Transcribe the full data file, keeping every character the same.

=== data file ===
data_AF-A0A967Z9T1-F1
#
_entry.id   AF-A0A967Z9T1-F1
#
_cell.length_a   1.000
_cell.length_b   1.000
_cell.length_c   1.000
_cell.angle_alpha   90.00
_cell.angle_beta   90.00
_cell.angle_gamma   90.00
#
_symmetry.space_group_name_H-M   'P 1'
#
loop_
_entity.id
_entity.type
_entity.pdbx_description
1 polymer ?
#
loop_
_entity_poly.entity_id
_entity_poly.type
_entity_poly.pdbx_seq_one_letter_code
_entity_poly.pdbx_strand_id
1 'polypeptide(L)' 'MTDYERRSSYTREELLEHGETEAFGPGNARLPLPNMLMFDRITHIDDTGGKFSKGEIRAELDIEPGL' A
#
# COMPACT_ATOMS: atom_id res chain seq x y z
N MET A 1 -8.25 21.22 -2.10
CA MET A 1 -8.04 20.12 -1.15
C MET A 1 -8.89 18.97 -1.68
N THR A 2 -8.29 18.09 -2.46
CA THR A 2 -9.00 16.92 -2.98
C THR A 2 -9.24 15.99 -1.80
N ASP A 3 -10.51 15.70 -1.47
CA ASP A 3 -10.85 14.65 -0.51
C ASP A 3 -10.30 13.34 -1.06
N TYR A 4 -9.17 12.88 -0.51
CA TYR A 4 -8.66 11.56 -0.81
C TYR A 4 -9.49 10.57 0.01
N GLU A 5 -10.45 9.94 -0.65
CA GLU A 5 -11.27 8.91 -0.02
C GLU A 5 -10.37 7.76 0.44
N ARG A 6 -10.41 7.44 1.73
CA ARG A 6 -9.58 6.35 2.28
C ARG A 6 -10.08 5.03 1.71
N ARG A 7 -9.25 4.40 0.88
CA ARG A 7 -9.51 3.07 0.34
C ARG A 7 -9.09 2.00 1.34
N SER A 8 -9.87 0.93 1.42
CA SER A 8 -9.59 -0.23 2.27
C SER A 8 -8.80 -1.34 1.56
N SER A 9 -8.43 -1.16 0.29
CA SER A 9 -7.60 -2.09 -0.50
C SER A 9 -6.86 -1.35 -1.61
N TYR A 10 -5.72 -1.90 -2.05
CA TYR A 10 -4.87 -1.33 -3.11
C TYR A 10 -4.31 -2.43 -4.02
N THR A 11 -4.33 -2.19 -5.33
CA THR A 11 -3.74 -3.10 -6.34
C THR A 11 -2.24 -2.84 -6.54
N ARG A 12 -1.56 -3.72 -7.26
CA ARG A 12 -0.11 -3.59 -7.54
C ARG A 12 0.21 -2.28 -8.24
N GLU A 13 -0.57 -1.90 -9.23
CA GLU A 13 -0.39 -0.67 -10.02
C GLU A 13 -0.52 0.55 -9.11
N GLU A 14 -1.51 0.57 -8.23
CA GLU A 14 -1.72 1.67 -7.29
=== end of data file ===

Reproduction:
data_AF-A0A967Z9T1-F1
#
_entry.id   AF-A0A967Z9T1-F1
#
_cell.length_a   1.000
_cell.length_b   1.000
_cell.length_c   1.000
_cell.angle_alpha   90.00
_cell.angle_beta   90.00
_cell.angle_gamma   90.00
#
_symmetry.space_group_name_H-M   'P 1'
#
loop_
_entity.id
_entity.type
_entity.pdbx_description
1 polymer ?
#
loop_
_entity_poly.entity_id
_entity_poly.type
_entity_poly.pdbx_seq_one_letter_code
_entity_poly.pdbx_strand_id
1 'polypeptide(L)' 'MTDYERRSSYTREELLEHGETEAFGPGNARLPLPNMLMFDRITHIDDTGGKFSKGEIRAELDIEPGL' A
#
# COMPACT_ATOMS: atom_id res chain seq x y z
N MET A 1 -8.25 21.22 -2.10
CA MET A 1 -8.04 20.12 -1.15
C MET A 1 -8.89 18.97 -1.68
N THR A 2 -8.29 18.09 -2.46
CA THR A 2 -9.00 16.92 -2.98
C THR A 2 -9.24 15.99 -1.80
N ASP A 3 -10.51 15.70 -1.47
CA ASP A 3 -10.85 14.65 -0.51
C ASP A 3 -10.30 13.34 -1.06
N TYR A 4 -9.17 12.88 -0.51
CA TYR A 4 -8.66 11.56 -0.81
C TYR A 4 -9.49 10.57 0.01
N GLU A 5 -10.45 9.94 -0.65
CA GLU A 5 -11.27 8.91 -0.02
C GLU A 5 -10.37 7.76 0.44
N ARG A 6 -10.41 7.44 1.73
CA ARG A 6 -9.58 6.35 2.28
C ARG A 6 -10.08 5.03 1.71
N ARG A 7 -9.25 4.40 0.88
CA ARG A 7 -9.51 3.07 0.34
C ARG A 7 -9.09 2.00 1.34
N SER A 8 -9.87 0.93 1.42
CA SER A 8 -9.59 -0.23 2.27
C SER A 8 -8.80 -1.34 1.56
N SER A 9 -8.43 -1.16 0.29
CA SER A 9 -7.60 -2.09 -0.50
C SER A 9 -6.86 -1.35 -1.61
N TYR A 10 -5.72 -1.90 -2.05
CA TYR A 10 -4.87 -1.33 -3.11
C TYR A 10 -4.31 -2.43 -4.02
N THR A 11 -4.33 -2.19 -5.33
CA THR A 11 -3.74 -3.10 -6.34
C THR A 11 -2.24 -2.84 -6.54
N ARG A 12 -1.56 -3.72 -7.26
CA ARG A 12 -0.11 -3.59 -7.54
C ARG A 12 0.21 -2.28 -8.24
N GLU A 13 -0.57 -1.90 -9.23
CA GLU A 13 -0.39 -0.67 -10.02
C GLU A 13 -0.52 0.55 -9.11
N GLU A 14 -1.51 0.57 -8.23
CA GLU A 14 -1.72 1.67 -7.29